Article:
As South Korea edges closer to confirming a possible new nation-wide outbreak of the coronavirus, scientists have identified an important lesson for the production side of our industry from one particular case.
A woman with the coronavirus visited a Starbucks cafe north of Seoul this month and days later more than two dozen patrons tested positive. The focus of attention was the internal air conditioning system.
But the four Starbucks employees who were all subject to the same ventilation escaped infection because they were wearing face masks.
The specific outbreak, on August 8 in the South Korean city of Paju, saw 27 people infected and has been linked to the air conditioning used inside the coffee outlet.
As Bloomberg reports, ‘[t]his speaks volumes about the role masks can play,’ said Ma Sang Hyuk, a paediatric infectious diseases physician at Changwon Fatima Hospital in South Korea. ‘Masks may not provide 100% protection, but there’s nothing out there that’s as effective.’
Guidance on face masks is being issued from Australia to Venezuela to help stem the pandemic, which has infected more than 23 million people and killed at least 810,000 worldwide, according to Bloomberg. Face coverings will become mandatory in New Zealand for residents using public transport and inside ride-sharing vehicles, Prime Minister Jacinda Ardern said earlier this week. Last week, the World Health Organization issued advice on their use for children.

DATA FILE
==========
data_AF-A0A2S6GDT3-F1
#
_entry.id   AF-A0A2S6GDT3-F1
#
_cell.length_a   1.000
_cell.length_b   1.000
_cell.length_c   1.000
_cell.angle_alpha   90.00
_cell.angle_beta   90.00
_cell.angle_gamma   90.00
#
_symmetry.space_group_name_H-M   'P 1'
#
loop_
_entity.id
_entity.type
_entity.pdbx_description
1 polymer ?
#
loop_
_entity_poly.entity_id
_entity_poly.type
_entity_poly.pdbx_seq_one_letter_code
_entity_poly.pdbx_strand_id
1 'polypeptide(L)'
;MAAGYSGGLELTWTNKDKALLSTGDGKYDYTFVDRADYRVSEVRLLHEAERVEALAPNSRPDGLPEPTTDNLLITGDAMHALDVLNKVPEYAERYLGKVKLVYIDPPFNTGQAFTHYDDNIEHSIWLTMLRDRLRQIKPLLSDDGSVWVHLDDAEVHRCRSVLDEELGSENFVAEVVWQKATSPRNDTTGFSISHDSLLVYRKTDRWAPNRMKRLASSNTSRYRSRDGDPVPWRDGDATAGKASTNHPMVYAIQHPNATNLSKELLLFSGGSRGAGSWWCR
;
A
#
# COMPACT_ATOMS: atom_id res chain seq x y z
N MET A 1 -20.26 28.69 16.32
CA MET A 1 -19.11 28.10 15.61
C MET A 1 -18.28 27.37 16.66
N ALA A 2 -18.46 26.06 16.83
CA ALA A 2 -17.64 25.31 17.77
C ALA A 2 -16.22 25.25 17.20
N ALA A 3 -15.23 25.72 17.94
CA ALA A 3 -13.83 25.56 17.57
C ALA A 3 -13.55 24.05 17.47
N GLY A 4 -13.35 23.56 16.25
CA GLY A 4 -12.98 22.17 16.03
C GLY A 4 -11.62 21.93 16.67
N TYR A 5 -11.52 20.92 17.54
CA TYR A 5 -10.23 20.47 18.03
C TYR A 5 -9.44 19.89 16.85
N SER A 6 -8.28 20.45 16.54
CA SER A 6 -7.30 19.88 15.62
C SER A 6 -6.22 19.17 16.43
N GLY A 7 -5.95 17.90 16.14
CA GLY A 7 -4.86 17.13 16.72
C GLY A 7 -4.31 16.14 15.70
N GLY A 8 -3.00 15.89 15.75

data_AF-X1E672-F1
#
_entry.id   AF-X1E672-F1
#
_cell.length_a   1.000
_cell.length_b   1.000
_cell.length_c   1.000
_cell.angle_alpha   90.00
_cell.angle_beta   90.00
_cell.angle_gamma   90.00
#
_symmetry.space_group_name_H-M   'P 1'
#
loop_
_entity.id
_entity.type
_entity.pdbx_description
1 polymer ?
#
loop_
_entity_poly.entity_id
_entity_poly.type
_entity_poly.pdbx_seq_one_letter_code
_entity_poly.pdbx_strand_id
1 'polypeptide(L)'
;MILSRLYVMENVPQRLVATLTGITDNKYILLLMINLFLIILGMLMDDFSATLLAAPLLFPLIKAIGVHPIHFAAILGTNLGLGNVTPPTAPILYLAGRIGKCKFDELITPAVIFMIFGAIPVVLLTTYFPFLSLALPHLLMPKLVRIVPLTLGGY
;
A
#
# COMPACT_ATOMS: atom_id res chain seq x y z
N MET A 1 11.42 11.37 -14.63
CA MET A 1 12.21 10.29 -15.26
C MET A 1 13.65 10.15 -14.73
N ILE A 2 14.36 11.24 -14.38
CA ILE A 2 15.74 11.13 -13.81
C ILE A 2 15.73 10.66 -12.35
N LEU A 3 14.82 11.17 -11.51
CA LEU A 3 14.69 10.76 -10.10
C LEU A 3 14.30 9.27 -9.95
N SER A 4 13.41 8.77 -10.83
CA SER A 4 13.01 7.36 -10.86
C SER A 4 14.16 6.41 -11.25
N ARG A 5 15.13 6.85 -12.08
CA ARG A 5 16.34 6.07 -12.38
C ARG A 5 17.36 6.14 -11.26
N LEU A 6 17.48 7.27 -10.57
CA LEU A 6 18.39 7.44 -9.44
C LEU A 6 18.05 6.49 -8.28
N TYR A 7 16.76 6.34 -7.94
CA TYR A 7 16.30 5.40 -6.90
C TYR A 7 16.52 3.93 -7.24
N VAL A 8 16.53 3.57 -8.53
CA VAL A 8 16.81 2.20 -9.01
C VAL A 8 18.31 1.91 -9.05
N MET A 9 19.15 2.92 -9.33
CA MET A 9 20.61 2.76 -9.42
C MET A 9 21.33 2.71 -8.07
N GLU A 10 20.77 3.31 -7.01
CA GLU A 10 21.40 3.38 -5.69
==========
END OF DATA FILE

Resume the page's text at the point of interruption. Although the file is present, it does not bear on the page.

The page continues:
The lessons for our own official VIP Hospitality industry is this: officials assume that most patrons were not consistently wearing masks inside the Starbucks as they were drinking and eating, according to Gang Young-do, a spokesperson for the Paju government.
A ceiling-mounted air-conditioning was helping to cool the second-floor outlet, he said.
‘The virus may spread where people can’t wear masks while eating or drinking tea, as witnessed at the Starbucks in Paju,’ Jung Eun-kyeong, head of the Korea Centers for Disease Control & Prevention, told reporters in Seoul on Sunday.
The Starbucks case is one of ‘the most important opportunities to study risk factors among a more or less controlled cohort of people,’ said Arnold Bosman, director at Transmissible BV, a Netherlands-based developer of training materials for outbreak control. ‘This Starbucks event will be a very valuable training exercise for future generations of epidemiologists.’
The Starbucks infections later led to about three dozen more cases outside the coffee shop as of yesterday, August 24.